Search result: Catalogue data in Autumn Semester 2016

Interdisciplinary Sciences Bachelor Information
Physical-Chemical Direction
1. Semester (Physical-Chemical Direction)
Compulsory Subjects First Year Examinations
NumberTitleTypeECTSHoursLecturers
401-1261-07LAnalysis IO10 credits6V + 3UM. Einsiedler
AbstractIntroduction to the differential and integral calculus in one real variable: fundaments of mathematical thinking, numbers, sequences, basic point set topology, continuity, differentiable functions, ordinary differential equations, Riemann integration.
ObjectiveThe ability to work with the basics of calculus in a mathematically rigorous way.
LiteratureK. Koenigsberger: Analysis I, Springer-Verlag
http://link.springer.com/book/10.1007/978-3-642-18490-1

R. Courant: Vorlesungen ueber Differential- und Integralrechnung.
Springer Verlag
http://link.springer.com/book/10.1007/978-3-642-61988-5

V. Zorich: Analysis I. Springer Verlag 2006
http://link.springer.com/book/10.1007/3-540-33278-2

Chr. Blatter: Analysis. https://people.math.ethz.ch/%7eblatter/

Struwe: Analysis I/II, siehe
https://people.math.ethz.ch/%7estruwe/skripten.html

H. Heuser: Lehrbuch der Analysis. Teubner Verlag
W. Walter: Analysis 1. Springer Verlag
O. Forster: Analysis I. Vieweg Verlag

J.Appell: Analysis in Beispielen und Gegenbeispielen. Springer Verlag
Link

Schichl u. Steinbauer, Einführung in das mathematische Arbeiten
http://link.springer.com/book/10.1007/978-3-642-28646-9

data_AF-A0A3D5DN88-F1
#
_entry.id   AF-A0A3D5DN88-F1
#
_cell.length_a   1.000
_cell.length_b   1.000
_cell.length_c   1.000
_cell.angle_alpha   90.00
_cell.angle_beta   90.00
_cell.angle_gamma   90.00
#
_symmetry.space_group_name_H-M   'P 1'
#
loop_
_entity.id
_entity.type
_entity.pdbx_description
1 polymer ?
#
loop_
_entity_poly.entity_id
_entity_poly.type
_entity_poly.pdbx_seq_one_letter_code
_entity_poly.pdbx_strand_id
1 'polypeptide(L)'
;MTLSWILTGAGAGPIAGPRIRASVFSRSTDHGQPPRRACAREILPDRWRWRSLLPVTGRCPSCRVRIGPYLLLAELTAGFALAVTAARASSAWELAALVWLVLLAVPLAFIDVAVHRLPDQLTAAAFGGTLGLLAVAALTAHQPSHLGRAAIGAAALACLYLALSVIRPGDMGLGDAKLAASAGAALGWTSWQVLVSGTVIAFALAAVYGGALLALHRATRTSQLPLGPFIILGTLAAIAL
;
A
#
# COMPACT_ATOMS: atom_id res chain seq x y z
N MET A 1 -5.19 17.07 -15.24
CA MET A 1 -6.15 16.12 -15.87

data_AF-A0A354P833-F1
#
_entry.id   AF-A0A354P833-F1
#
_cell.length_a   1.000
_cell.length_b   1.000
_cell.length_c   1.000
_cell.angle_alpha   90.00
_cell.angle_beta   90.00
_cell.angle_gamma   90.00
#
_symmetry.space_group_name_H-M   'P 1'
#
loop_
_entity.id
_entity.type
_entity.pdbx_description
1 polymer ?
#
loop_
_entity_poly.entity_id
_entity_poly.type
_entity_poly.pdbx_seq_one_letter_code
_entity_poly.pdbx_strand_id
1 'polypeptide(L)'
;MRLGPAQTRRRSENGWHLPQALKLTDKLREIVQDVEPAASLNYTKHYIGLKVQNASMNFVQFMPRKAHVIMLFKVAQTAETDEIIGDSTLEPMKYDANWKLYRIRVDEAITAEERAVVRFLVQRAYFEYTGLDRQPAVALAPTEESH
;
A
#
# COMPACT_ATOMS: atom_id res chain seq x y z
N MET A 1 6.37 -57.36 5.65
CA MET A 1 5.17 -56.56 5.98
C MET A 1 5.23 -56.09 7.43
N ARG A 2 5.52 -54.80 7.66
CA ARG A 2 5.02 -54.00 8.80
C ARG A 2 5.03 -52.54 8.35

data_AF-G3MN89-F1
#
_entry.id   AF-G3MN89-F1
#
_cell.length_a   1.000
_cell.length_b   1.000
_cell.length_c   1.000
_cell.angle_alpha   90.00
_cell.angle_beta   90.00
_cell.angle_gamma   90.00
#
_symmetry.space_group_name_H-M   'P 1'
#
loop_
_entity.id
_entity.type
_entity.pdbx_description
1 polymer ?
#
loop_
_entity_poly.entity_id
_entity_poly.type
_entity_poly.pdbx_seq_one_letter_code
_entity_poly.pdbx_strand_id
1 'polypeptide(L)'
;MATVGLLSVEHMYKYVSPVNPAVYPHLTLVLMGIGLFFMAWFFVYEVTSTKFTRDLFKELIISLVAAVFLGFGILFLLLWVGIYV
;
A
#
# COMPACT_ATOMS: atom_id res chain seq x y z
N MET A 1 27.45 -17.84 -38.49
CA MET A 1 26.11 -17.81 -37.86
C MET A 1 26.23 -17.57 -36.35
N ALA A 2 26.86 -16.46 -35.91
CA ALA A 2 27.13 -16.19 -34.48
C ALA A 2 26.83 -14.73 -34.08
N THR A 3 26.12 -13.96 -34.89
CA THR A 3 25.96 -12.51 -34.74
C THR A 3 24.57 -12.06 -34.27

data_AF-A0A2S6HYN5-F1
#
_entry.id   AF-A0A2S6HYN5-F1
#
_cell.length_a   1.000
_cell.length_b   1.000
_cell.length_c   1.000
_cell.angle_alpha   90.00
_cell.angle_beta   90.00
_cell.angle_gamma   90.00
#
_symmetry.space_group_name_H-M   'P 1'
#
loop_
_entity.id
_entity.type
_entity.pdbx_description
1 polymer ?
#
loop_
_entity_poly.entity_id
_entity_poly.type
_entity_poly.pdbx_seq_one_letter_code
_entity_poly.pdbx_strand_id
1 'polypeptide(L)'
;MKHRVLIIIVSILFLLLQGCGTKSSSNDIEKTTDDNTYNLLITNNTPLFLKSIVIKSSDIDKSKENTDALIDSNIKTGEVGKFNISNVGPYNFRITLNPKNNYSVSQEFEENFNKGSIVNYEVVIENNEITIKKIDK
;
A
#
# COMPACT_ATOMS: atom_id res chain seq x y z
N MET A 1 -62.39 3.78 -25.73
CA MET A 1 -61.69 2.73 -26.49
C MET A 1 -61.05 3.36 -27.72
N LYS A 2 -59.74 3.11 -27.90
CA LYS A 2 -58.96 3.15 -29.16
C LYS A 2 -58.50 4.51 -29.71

Beutelspacher, Das ist o.B.d.A. trivial
http://link.springer.com/book/10.1007/978-3-8348-9599-8
401-1151-00LLinear Algebra IO7 credits4V + 2UM. Akveld
AbstractIntroduction to the theory of vector spaces for mathematicians and physicists: Basics, vector spaces, linear transformations, solutions of systems of equations and matrices, determinants, endomorphisms, eigenvalues and eigenvectors.
Objective- Mastering basic concepts of Linear Algebra
- Introduction to mathematical methods
Content- Basics
- Vectorspaces and linear maps
- Systems of linear equations and matrices
- Determinants
- Endomorphisms and eigenvalues
Literature- H. Schichl and R. Steinbauer: Einführung in das mathematische Arbeiten. Springer-Verlag 2012. Link: http://link.springer.com/book/10.1007%2F978-3-642-28646-9
- G. Fischer: Lineare Algebra. Springer-Verlag 2014. Link: http://link.springer.com/book/10.1007/978-3-658-03945-5
- K. Jänich: Lineare Algebra. Springer-Verlag 2004. Link: http://link.springer.com/book/10.1007/978-3-662-08375-8
- S. H. Friedberg, A. J. Insel and L. E. Spence: Linear Algebra. Pearson 2003. Link
- R. Pink: Lineare Algebra I und II. Lecture notes. Link: https://people.math.ethz.ch/%7epink/ftp/LA-Zusammenfassung-20150901.pdf
402-1701-00LPhysics IO7 credits4V + 2UA. Wallraff
AbstractThis course gives a first introduction to Physics. The emphasis is on classical mechanics, together with an introduction to thermodynamics.
ObjectiveAcquire knowledge of the basic principles regarding the physics of classical mechanics and thermodynamics. Skills in solving physics problems.
529-0011-01LGeneral Chemistry (Physical Chemistry) I Information O3 credits2V + 1UF. Merkt
AbstractAtomic structure and structure of matter; Atomic orbitals and energy levels; Quantum mechanical atom model; Chemical bonding; Equations of state.
ObjectiveIntroduction to Physical Chemistry
ContentAtomic structure and structure of matter: atomic theory, elementary particles, atomic nuclei, radioactivity, nuclear reactions. Atomic orbitals and energy levels: ionisation energies, atomic spectroscopy, term values and symbols. Quantum mechanical atom model: wave-particle duality, the uncertainty principle, Schrödinger's equation, the hydrogen atom, construction of the periodic table of the elements. Chemical bonding: ionic bonding, covalent bonding, molecular orbitals. Equations of state: ideal gases
Lecture notesSee homepage of the lecture.
LiteratureSee homepage of the lecture.
Prerequisites / NoticeVoraussetzungen: Maturastoff. Insbesondere Integral- und Differentialrechnung.